Antiseptics and disinfectants are extensively used in hospitals and other health care settings for a variety of topical and hard-surface applications. A wide variety of active chemical agents (biocides) are found in these products, many of which have been used for hundreds of years, including alcohols, phenols, iodine, and chlorine. Most of these active agents demonstrate broad-spectrum antimicrobial activity; however, little is known about the mode of action of these agents in comparison to antibiotics. This review considers what is known about the mode of action and spectrum of activity of antiseptics and disinfectants. The widespread use of these products has prompted some speculation on the development of microbial resistance, in particular whether antibiotic resistance is induced by antiseptics or disinfectants. Known mechanisms of microbial resistance (both intrinsic and acquired) to biocides are reviewed, with emphasis on the clinical implications of these reports.
Whatever the type of microbial cell (or entity), it is probable thatthere is a common sequence of events. This can be envisaged asinteraction of the antiseptic or disinfectant with the cell surfacefollowed by penetration into the cell and action at the target site(s).The nature and composition of the surface vary from one cell type (orentity) to another but can also alter as a result of changes in theenvironment (57, 59). Interaction at the cell surface canproduce a significant effect on viability (e.g. with glutaraldehyde)(374, 421), but most antimicrobial agents appear to beactive intracellularly (428, 451). The outermost layers ofmicrobial cells can thus have a significant effect on theirsusceptibility (or insusceptibility) to antiseptics and disinfectants;it is disappointing how little is known about the passage of theseantimicrobial agents into different types of microorganisms.Potentiation of activity of most biocides may be achieved by the use ofvarious additives, as shown in later parts of this review.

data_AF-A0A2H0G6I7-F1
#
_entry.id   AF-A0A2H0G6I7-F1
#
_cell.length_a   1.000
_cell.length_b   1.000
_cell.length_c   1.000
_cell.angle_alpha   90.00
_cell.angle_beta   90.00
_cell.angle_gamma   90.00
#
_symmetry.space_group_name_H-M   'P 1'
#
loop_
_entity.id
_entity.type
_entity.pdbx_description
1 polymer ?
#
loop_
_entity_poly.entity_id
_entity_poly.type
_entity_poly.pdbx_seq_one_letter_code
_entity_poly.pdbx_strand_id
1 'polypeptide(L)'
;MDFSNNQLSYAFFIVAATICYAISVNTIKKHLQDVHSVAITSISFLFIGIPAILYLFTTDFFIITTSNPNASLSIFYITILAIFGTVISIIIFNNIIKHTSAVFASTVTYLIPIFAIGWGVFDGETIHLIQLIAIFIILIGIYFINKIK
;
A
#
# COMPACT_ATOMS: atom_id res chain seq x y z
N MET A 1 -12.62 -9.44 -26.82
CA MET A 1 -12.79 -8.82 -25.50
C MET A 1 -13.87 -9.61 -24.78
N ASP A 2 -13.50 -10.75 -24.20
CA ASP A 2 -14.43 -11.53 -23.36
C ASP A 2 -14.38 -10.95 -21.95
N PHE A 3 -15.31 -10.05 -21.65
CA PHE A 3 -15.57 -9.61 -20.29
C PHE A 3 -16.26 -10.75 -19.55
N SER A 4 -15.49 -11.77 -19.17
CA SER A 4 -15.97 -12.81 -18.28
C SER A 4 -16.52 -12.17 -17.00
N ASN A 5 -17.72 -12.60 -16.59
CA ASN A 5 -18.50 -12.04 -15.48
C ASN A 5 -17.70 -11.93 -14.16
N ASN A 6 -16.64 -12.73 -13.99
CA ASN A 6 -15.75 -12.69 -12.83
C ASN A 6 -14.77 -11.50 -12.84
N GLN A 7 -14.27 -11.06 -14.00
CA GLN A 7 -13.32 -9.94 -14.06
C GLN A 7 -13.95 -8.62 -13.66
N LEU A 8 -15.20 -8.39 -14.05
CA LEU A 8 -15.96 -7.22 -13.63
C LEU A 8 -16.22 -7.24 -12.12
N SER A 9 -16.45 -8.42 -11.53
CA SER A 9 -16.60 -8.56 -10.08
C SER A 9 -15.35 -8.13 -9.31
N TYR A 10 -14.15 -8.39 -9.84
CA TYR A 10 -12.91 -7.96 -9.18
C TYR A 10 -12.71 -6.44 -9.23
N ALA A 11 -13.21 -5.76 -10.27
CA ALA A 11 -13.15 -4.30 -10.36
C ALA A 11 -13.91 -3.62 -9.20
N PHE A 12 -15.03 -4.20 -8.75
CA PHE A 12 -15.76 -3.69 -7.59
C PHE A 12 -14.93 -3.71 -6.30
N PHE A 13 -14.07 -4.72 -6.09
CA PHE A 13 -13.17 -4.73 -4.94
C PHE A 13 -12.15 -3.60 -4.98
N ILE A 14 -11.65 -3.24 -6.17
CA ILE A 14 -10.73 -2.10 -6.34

Mycobacteria are generally highly resistant tochlorhexidine (419). Little is known about theuptake of chlorhexidine (and other antiseptics anddisinfectants) by mycobacteria and on the biochemical changes thatoccur in the treated cells. Since the MICs for some mycobacteria are onthe order of those for chlorhexidine-sensitive,gram-positive cocci (48), the inhibitory effects ofchlorhexidine on mycobacteria may not be dissimilar tothose on susceptible bacteria. Mycobacteriumavium-intracellulare is considerably more resistant than othermycobacteria (48).
A typical spore has a complex structure (29, 151). In brief,the germ cell (protoplast or core) and germ cell wall are surrounded bythe cortex, outside which are the inner and outer spore coats. A thinexosporium may be present in the spores of some species but maysurround just one spore coat. RNA, DNA, and DPA, as well as most of thecalcium, potassium, manganese, and phosphorus, are present in the sporeprotoplast. Also present are large amounts of low-molecular-weightbasic proteins (small acid-soluble spore proteins [SASPs]), which arerapidly degraded during germination. The cortex consists largely ofpeptidoglycan, including a spore-specific muramic lactam. The sporecoats comprise a major portion of the spore. These structures consistlargely of protein, with an alkali-soluble fraction made up of acidicpolypeptides being found in the inner coat and an alkali-resistantfraction associated with the presence of disulfide-rich bonds beingfound in the outer coat. These aspects, especially the roles of thecoat(s) and cortex, are all relevant to the mechanism(s) of resistancepresented by bacterial spores to antiseptics and disinfectants.